A couple of weeks ago, I attended a survivor speaker event put on by the Massachusetts Housing and Shelter Alliance. First a staff member gave the audience a framework in which to think about homelessness and those who are impacted. Then we heard from two young adults who experienced homelessness as part of their youth. Listening to their stories, what they endured, and the strength and resilience they displayed was such a powerful event.
I think one of the best points that both young women made was how each of them talked about how they initially denied that they were experiencing homelessness. They commented how they had ideas of who was homeless and what those individuals were supposed to look like. I think that many people have similar perceptions and stereotypes about the causes of homelessness and who is impacted. The truth is that many individuals are at risk for homelessness whether because of a natural disaster, an unforeseen expense (like medical care), or other major life events that drains the savings a family may have or leave them unable to afford their current living arrangements.
We also know that violence can be a huge precipitating factor for homelessness. Sometimes people flee their abusive partners and might not have any where to go or may end up bouncing from friend to friend while looking for more stable options. Sometimes after a sexual assault from a stranger, friend, or acquaintance, people are afraid to return to their home because the perpetrator knows where they live. These people are then also forced to either find shelter, alternative housing, or temporarily live with friends and family. None of these options are optimal and oftentimes creates additional risk or vulnerability.
One of the speakers commented on how important her mother was during this time in order for her to make it through the experience of homelessness. She commented how her mother’s strength and ability to advocate for the family made her realize that she could also be strong through the situation. However, not all young people have their parents or other supportive adults to help them through these situations. The second young woman became homeless after her mother’s debilitating physical condition had used up much of the family resources and her father had committed suicide. The mother was able to stay in a nursing home but this left the young woman homeless and alone at the age of 15. She was able to bounce around between friends and their parents for a place to sleep but never had a solid place to call home, to study, and to be a regular teenager. She commented on how being homeless exacerbated and created mental health issues for her.
Both women talked about how relying on the shelter system was extremely stressful and took time away from addressing other needs that could have helped to pull them out of homelessness. Many shelters operate on a per-night basis meaning that individuals and all their belongings must be gone in the morning and you must win a ‘lottery’ each day in order to be able to sleep at the homeless shelter the following evening. One of the turning points for the second young woman was being accepted into Bridge over Trouble Waters transitional living program which gave her a continuous space to stay for up to 6 months so that she could focus on other aspects of life: basic needs, getting a job, addressing mental health needs, etc.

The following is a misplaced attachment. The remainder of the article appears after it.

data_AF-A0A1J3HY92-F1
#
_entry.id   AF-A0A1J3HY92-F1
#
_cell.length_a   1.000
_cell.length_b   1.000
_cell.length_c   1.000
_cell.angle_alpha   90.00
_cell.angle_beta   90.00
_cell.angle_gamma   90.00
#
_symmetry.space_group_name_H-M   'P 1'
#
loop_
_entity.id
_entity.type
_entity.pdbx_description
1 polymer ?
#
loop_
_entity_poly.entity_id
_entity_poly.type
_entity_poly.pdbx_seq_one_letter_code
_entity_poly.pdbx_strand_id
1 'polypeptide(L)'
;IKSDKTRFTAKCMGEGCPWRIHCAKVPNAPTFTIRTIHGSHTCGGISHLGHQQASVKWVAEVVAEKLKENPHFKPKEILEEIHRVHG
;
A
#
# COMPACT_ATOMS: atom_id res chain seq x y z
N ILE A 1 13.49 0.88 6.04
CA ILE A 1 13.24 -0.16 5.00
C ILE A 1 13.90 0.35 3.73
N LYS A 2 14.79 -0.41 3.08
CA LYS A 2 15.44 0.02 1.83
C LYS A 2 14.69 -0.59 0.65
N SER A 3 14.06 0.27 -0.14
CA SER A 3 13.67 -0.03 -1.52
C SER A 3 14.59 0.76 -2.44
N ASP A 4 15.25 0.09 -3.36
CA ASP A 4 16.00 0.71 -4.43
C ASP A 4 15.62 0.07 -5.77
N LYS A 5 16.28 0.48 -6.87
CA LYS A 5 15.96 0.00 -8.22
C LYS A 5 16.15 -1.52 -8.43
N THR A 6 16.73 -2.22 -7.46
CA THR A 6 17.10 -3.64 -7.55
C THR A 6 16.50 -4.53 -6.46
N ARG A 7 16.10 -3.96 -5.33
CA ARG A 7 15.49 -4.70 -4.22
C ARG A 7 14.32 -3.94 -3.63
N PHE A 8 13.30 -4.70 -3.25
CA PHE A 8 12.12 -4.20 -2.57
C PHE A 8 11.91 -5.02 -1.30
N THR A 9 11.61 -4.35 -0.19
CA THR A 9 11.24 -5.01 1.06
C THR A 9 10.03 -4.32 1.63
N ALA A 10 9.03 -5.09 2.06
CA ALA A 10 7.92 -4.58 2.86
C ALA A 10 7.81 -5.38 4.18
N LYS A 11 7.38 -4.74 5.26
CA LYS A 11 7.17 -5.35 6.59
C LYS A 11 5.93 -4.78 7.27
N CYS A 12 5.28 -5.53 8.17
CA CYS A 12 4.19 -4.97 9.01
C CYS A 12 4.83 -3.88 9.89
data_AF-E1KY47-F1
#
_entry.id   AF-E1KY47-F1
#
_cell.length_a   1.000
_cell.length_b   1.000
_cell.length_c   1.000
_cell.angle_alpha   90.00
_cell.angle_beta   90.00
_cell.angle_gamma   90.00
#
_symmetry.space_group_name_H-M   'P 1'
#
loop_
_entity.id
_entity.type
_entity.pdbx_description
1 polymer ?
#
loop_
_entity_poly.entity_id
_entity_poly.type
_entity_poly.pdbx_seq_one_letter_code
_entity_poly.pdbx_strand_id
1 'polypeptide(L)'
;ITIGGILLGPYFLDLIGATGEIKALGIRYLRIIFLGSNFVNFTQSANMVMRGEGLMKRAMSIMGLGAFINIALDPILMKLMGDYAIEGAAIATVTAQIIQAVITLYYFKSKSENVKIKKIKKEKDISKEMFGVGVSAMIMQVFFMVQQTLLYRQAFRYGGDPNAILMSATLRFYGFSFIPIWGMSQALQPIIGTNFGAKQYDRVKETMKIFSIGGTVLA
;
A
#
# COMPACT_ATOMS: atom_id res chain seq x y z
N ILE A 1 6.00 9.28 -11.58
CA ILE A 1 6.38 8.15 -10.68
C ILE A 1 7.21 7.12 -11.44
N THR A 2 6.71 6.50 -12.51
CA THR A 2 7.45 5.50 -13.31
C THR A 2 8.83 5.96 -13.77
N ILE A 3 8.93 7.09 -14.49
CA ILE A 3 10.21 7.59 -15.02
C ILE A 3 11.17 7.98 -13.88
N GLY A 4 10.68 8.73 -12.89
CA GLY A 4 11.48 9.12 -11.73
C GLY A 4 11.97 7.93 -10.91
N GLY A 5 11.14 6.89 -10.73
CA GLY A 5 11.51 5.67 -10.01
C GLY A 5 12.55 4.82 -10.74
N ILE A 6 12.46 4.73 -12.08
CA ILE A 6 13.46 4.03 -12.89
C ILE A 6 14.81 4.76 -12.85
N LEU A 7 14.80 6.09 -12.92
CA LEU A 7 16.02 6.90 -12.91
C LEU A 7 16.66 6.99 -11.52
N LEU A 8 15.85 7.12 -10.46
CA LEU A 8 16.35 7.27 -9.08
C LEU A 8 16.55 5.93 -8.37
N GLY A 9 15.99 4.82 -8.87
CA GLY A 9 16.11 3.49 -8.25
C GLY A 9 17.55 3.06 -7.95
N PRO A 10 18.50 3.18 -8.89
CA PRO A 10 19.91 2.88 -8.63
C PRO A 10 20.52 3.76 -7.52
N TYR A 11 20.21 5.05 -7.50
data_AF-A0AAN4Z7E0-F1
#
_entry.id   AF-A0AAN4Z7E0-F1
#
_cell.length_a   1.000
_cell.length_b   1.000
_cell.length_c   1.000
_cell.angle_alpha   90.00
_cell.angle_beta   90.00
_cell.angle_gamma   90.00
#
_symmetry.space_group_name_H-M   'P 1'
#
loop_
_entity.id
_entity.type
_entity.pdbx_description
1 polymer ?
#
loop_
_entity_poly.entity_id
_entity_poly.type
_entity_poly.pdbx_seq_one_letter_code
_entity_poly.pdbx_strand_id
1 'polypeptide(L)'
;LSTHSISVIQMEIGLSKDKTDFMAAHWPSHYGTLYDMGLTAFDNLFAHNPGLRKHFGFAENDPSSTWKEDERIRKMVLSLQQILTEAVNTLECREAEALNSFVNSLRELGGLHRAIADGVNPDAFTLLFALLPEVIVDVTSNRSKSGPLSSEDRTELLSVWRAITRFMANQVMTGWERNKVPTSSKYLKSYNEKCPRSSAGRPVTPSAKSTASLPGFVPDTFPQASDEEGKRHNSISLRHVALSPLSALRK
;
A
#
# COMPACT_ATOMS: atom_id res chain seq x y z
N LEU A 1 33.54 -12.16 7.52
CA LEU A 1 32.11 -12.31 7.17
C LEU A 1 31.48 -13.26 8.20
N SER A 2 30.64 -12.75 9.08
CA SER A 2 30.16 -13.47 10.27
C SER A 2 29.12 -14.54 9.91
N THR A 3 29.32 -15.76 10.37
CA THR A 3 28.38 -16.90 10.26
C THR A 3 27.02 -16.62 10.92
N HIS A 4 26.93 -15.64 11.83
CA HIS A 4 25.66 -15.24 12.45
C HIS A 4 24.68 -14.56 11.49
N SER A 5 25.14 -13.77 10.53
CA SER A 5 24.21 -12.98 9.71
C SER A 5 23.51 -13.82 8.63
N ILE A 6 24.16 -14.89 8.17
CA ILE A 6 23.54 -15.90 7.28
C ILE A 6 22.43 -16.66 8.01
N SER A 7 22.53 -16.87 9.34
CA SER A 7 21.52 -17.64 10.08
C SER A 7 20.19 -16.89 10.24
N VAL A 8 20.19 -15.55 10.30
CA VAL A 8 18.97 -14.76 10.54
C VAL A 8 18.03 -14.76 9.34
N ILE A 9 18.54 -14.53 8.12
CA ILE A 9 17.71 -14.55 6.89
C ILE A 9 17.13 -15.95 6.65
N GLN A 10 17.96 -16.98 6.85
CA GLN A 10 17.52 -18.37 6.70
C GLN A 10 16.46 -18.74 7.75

Our awareness of unaccompanied homeless youth is growing and we are realizing that the resources that currently exist are not enough to provide adequate services to them. In the state of MA, it is estimated that more than 6,000 students are experiencing homelessness without the support of a parent or legal guardian.
The impacts that homelessness can create on these youth are numerous and long-lasting. Without a safe and secure place to continuously rely on, it is increasingly difficult for youth to focus on school and academics. This may result in poor performance or grades or perhaps the youth will completely drop out of school altogether. The options that these individuals would have had they stayed in school (college, scholarships, jobs, friends, extracurriculars, etc) are completely out of grasp because of their living situation.
Youth who are alone are more likely to be exploited or sexually abused. Frequently youth are trading sex in exchange for a place to live. Youth can also be forced to choose between living in an abusive relationship/environment or sleeping on the street. While they may not want to stay in the relationship they may choose to do so in order to avoid the unknown violence or experience of staying on the street.
Youth experience homelessness for a variety of reasons. One of the speakers exemplified how life circumstances can leave a youth with no parents or caregivers to look over them. Other youth are trying to escape violent home or foster care situations. Others are thrown out of their homes when they come out as LGBTQ to their families.
Regardless of the reason, the current housing options and supportive services are not enough to handle the number of unaccompanied youth who are currently homeless. Many services are not able to serve unaccompanied youth which places further stress on the few that do. But there is something that we can do!
On July 16th, House Bill 135 will be presented at the State House in Boston (Room B2 1pm for those who want to come!). This bill will provide funding and allow providers in Massachusetts to offer the kinds of services to unaccompanied youth that will assist in ending the cycle of homelessness.
Join many youth homelessness advocates that day (State House, Room B2, 1pm). If you can’t join us then contact your legislator and ask them to convey their support of the bill to the Conference Committee. You can find your representative’s contact information here: www.wheredoivotema.com
WRITTEN BY: Stacey